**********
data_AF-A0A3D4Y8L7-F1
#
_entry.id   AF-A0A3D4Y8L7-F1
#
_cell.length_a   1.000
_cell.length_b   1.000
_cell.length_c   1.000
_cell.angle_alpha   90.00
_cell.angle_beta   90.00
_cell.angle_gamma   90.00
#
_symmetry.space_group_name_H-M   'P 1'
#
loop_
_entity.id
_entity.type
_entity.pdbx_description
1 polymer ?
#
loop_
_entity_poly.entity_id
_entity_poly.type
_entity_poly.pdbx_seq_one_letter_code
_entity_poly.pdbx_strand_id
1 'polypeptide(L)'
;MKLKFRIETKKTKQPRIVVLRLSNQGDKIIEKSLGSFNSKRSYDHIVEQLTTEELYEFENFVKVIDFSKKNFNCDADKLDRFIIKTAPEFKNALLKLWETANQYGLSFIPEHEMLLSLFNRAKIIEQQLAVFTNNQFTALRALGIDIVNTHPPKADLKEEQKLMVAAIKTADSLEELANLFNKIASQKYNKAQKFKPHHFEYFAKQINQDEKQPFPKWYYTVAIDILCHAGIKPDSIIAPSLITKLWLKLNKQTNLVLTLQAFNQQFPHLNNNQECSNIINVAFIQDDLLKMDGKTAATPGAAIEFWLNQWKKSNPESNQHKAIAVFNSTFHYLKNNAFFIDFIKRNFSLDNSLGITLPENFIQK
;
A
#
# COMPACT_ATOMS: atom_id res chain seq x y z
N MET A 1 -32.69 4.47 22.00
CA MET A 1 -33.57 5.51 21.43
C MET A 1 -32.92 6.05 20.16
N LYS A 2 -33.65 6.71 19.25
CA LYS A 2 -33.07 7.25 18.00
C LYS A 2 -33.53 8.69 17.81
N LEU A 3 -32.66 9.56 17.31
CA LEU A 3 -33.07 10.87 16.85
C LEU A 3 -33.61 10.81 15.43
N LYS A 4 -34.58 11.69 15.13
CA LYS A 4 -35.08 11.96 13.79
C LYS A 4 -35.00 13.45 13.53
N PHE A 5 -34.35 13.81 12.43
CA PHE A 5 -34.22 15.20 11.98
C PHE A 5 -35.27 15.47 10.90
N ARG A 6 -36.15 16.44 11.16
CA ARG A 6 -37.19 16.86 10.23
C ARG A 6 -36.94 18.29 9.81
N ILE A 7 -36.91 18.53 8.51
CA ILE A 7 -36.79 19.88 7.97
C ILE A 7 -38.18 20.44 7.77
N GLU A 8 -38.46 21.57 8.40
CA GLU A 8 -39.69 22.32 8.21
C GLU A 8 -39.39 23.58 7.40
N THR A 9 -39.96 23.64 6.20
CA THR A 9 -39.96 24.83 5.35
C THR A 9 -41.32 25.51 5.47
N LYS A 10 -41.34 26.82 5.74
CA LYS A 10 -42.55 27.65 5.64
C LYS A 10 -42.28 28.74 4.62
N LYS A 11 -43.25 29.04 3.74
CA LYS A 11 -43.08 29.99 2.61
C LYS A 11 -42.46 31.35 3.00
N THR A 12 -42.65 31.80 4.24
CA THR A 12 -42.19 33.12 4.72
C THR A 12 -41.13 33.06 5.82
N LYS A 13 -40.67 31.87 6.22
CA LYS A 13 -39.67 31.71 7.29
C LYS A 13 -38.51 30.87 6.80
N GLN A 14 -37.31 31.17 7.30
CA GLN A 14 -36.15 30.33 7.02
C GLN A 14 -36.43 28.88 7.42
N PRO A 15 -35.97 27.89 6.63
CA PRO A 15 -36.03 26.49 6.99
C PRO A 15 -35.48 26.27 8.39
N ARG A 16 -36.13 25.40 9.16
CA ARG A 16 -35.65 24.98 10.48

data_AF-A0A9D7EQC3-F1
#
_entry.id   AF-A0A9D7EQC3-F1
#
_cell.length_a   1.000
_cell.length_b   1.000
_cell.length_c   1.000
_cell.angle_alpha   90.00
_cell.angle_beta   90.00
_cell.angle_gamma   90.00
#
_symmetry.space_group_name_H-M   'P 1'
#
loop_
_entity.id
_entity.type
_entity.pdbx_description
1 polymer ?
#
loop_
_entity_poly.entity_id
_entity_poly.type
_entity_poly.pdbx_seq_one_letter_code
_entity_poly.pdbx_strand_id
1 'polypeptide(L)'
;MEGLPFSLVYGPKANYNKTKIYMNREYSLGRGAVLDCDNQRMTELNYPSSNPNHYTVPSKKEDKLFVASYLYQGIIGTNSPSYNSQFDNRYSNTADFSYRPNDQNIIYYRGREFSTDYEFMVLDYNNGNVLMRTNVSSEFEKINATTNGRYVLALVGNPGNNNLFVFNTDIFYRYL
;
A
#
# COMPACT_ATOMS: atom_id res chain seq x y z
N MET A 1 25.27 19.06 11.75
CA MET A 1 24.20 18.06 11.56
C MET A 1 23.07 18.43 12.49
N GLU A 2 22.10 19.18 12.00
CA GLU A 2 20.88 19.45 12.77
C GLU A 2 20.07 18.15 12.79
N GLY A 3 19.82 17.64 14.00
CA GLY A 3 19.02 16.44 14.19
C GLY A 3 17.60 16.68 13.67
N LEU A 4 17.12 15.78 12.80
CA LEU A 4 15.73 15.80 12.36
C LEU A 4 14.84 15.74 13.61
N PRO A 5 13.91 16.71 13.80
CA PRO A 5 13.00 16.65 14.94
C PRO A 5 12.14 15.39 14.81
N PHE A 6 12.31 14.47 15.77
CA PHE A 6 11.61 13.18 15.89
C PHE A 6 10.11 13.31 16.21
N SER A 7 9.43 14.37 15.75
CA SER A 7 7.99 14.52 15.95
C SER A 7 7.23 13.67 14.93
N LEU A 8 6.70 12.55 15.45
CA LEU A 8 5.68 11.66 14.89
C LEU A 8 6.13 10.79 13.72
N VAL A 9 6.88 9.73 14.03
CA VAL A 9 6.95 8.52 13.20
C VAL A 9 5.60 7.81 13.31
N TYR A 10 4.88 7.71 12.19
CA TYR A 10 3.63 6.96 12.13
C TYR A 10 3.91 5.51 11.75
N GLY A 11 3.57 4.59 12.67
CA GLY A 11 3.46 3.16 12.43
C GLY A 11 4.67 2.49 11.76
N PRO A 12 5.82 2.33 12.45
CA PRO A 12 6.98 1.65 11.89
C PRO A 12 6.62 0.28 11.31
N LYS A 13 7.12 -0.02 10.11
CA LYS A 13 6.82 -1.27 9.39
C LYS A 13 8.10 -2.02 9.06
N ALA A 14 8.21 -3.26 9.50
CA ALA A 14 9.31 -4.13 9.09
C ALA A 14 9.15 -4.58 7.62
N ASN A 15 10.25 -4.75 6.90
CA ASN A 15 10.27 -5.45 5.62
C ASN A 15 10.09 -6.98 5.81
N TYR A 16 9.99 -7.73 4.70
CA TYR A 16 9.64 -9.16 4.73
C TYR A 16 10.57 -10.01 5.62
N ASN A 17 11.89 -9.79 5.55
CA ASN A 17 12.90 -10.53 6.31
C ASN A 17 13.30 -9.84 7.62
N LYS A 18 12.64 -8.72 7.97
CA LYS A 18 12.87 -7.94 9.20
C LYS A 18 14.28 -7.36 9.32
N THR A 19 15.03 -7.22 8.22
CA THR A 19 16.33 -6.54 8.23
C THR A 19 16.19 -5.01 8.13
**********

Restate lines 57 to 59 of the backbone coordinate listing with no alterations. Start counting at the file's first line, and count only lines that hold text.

C THR A 9 -41.32 25.51 5.47
N LYS A 10 -41.34 26.82 5.74
CA LYS A 10 -42.55 27.65 5.64